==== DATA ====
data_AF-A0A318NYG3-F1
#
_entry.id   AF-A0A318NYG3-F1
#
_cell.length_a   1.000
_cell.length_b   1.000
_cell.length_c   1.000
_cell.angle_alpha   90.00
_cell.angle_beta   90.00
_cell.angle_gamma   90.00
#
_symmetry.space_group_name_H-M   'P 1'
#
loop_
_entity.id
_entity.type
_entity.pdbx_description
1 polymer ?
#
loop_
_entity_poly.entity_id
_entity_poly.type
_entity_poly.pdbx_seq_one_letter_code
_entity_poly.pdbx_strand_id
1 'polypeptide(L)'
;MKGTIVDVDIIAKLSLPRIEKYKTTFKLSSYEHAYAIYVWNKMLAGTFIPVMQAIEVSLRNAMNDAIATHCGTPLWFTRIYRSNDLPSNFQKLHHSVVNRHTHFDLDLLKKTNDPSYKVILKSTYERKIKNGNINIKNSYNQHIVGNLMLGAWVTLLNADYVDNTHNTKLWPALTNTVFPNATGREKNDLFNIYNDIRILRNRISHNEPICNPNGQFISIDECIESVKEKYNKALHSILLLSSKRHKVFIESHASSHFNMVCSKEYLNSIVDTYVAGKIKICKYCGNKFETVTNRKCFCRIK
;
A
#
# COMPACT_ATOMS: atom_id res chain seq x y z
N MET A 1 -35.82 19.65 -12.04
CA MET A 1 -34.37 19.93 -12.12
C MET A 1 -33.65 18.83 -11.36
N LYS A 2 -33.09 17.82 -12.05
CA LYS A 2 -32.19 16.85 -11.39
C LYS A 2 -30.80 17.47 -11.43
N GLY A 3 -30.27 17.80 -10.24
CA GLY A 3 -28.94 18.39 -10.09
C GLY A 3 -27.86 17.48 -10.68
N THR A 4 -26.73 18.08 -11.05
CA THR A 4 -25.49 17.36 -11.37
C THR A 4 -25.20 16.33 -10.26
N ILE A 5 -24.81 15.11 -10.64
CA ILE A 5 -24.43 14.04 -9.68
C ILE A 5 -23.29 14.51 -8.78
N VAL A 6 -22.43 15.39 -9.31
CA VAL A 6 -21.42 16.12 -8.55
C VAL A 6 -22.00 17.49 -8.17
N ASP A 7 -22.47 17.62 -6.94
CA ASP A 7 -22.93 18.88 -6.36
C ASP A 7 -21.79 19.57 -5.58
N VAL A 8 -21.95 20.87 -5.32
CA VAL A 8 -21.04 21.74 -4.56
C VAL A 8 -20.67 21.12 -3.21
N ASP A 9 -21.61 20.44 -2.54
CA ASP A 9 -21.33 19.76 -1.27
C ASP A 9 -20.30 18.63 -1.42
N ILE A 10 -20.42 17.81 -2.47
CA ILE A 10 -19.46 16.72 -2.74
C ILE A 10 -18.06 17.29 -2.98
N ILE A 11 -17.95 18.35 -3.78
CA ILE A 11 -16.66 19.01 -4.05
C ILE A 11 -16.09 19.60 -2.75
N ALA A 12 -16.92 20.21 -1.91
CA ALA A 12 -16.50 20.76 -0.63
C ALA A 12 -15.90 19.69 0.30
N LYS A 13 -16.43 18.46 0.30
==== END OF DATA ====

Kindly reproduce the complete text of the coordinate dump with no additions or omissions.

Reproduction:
data_AF-A0A318NYG3-F1
#
_entry.id   AF-A0A318NYG3-F1
#
_cell.length_a   1.000
_cell.length_b   1.000
_cell.length_c   1.000
_cell.angle_alpha   90.00
_cell.angle_beta   90.00
_cell.angle_gamma   90.00
#
_symmetry.space_group_name_H-M   'P 1'
#
loop_
_entity.id
_entity.type
_entity.pdbx_description
1 polymer ?
#
loop_
_entity_poly.entity_id
_entity_poly.type
_entity_poly.pdbx_seq_one_letter_code
_entity_poly.pdbx_strand_id
1 'polypeptide(L)'
;MKGTIVDVDIIAKLSLPRIEKYKTTFKLSSYEHAYAIYVWNKMLAGTFIPVMQAIEVSLRNAMNDAIATHCGTPLWFTRIYRSNDLPSNFQKLHHSVVNRHTHFDLDLLKKTNDPSYKVILKSTYERKIKNGNINIKNSYNQHIVGNLMLGAWVTLLNADYVDNTHNTKLWPALTNTVFPNATGREKNDLFNIYNDIRILRNRISHNEPICNPNGQFISIDECIESVKEKYNKALHSILLLSSKRHKVFIESHASSHFNMVCSKEYLNSIVDTYVAGKIKICKYCGNKFETVTNRKCFCRIK
;
A
#
# COMPACT_ATOMS: atom_id res chain seq x y z
N MET A 1 -35.82 19.65 -12.04
CA MET A 1 -34.37 19.93 -12.12
C MET A 1 -33.65 18.83 -11.36
N LYS A 2 -33.09 17.82 -12.05
CA LYS A 2 -32.19 16.85 -11.39
C LYS A 2 -30.80 17.47 -11.43
N GLY A 3 -30.27 17.80 -10.24
CA GLY A 3 -28.94 18.39 -10.09
C GLY A 3 -27.86 17.48 -10.68
N THR A 4 -26.73 18.08 -11.05
CA THR A 4 -25.49 17.36 -11.37
C THR A 4 -25.20 16.33 -10.26
N ILE A 5 -24.81 15.11 -10.64
CA ILE A 5 -24.43 14.04 -9.68
C ILE A 5 -23.29 14.51 -8.78
N VAL A 6 -22.43 15.39 -9.31
CA VAL A 6 -21.42 16.12 -8.55
C VAL A 6 -22.00 17.49 -8.17
N ASP A 7 -22.47 17.62 -6.94
CA ASP A 7 -22.93 18.88 -6.36
C ASP A 7 -21.79 19.57 -5.58
N VAL A 8 -21.95 20.87 -5.32
CA VAL A 8 -21.04 21.74 -4.56
C VAL A 8 -20.67 21.12 -3.21
N ASP A 9 -21.61 20.44 -2.54
CA ASP A 9 -21.33 19.76 -1.27
C ASP A 9 -20.30 18.63 -1.42
N ILE A 10 -20.42 17.81 -2.47
CA ILE A 10 -19.46 16.72 -2.74
C ILE A 10 -18.06 17.29 -2.98
N ILE A 11 -17.95 18.35 -3.78
CA ILE A 11 -16.66 19.01 -4.05
C ILE A 11 -16.09 19.60 -2.75
N ALA A 12 -16.92 20.21 -1.91
CA ALA A 12 -16.50 20.76 -0.63
C ALA A 12 -15.90 19.69 0.30
N LYS A 13 -16.43 18.46 0.30